safflower, cherry blossom and japanese indigo.
This has created an edge point where individual taste meets the advantages of mass-production. Designed by japanese studio talk project, ‘dye it yourself’ is a series of tables made of a porous plastic composite. the material is frequently used in industrial applications, but is rarely found in consumer goods. by re-interpreting its porous characteristics, takt project found it to be easily dyeable using natural means such as: safflower, cherry blossom, and japanese indigo.
Objects can be made with the material efficiently and identically, while simultaneously maintaining relatively-low production costs. however, average consumers have begun shying away from the homogenous culture created by replicability. people want to be different: a trend clearly seen in the skyrocketing of products (computers, sneakers, etc.) that can be individualized by the buyer.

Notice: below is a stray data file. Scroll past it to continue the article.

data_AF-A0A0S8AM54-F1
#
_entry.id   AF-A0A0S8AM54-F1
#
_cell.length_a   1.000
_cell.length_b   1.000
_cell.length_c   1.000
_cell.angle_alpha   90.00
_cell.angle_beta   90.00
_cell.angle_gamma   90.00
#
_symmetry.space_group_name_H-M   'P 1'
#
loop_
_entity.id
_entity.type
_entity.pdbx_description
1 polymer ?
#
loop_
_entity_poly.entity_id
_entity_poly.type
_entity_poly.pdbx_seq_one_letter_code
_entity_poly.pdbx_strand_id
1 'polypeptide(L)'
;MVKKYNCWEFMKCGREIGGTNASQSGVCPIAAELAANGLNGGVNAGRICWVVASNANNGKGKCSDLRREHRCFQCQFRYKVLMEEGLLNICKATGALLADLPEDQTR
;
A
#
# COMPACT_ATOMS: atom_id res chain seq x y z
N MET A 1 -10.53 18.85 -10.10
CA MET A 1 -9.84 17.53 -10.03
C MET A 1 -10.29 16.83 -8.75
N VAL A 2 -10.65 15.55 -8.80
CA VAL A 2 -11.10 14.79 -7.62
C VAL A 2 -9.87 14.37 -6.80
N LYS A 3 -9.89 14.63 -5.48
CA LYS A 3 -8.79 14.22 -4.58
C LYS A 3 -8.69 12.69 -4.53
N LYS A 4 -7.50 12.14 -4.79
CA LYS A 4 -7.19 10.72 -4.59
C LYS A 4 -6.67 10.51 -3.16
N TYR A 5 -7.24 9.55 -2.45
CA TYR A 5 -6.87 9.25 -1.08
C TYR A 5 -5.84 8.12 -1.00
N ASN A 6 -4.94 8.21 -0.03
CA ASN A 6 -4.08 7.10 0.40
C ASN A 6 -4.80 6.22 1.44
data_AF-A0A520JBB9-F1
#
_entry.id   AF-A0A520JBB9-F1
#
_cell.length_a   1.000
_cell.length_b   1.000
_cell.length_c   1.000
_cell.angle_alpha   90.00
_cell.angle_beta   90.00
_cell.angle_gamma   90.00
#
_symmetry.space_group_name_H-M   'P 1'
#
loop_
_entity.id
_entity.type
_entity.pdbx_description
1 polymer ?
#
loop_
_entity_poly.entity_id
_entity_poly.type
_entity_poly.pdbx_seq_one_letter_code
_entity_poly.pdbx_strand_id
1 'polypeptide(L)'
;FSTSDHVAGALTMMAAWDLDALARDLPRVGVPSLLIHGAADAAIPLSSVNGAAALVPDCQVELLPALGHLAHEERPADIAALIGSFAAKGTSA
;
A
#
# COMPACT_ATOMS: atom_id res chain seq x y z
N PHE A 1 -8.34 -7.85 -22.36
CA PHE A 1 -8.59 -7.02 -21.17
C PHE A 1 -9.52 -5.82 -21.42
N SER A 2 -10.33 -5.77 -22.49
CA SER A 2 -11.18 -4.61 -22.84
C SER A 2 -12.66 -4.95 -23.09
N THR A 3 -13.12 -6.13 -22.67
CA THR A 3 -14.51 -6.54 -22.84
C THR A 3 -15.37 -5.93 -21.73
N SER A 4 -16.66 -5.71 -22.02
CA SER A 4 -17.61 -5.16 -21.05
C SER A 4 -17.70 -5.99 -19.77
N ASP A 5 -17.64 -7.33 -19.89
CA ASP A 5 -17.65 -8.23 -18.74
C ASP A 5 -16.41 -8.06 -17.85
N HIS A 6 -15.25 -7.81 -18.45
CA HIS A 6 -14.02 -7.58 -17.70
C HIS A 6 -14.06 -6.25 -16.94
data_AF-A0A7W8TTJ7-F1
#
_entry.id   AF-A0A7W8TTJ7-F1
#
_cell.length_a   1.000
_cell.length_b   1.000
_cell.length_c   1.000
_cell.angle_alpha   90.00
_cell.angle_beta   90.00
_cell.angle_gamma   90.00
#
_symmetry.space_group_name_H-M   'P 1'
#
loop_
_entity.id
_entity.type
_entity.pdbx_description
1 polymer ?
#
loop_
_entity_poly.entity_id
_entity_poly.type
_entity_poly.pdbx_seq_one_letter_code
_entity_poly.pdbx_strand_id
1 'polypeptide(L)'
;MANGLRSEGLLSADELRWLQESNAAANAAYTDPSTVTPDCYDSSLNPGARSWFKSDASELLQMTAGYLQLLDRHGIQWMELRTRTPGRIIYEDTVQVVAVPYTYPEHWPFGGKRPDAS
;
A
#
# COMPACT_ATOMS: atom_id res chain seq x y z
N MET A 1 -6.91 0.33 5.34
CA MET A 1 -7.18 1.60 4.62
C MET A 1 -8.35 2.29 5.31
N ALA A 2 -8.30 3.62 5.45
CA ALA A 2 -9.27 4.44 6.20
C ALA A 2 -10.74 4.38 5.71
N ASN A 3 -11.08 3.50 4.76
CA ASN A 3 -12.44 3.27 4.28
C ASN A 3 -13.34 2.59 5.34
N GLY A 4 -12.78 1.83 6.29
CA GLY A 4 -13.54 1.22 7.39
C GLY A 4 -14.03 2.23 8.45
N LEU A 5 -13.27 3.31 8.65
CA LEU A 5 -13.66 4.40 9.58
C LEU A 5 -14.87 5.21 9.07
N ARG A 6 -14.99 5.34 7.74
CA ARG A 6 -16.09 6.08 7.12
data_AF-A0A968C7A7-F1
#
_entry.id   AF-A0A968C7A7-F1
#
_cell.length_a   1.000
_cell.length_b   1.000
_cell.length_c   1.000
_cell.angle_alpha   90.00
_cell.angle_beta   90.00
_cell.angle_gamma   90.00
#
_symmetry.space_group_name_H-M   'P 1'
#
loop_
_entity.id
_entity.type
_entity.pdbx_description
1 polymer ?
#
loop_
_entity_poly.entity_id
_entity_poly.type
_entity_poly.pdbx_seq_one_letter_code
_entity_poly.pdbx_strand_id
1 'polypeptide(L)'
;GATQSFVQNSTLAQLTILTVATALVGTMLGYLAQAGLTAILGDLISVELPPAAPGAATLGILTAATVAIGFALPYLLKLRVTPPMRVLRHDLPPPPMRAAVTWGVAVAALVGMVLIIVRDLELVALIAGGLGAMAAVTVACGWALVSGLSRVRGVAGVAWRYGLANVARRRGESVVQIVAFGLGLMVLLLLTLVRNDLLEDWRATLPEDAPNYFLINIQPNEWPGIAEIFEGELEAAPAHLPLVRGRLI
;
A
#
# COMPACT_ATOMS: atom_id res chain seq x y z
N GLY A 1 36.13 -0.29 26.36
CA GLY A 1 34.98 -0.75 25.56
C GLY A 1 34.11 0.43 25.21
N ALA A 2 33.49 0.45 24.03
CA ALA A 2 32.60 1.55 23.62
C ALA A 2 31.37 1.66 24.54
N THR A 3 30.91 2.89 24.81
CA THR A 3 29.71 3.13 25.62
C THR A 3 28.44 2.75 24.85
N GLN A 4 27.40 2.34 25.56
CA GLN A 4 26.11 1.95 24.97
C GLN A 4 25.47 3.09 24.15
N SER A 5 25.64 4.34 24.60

Using nothing but color, a simple mass-produced table transforms into a one-off furniture element that showcases the individual expressions of its owner.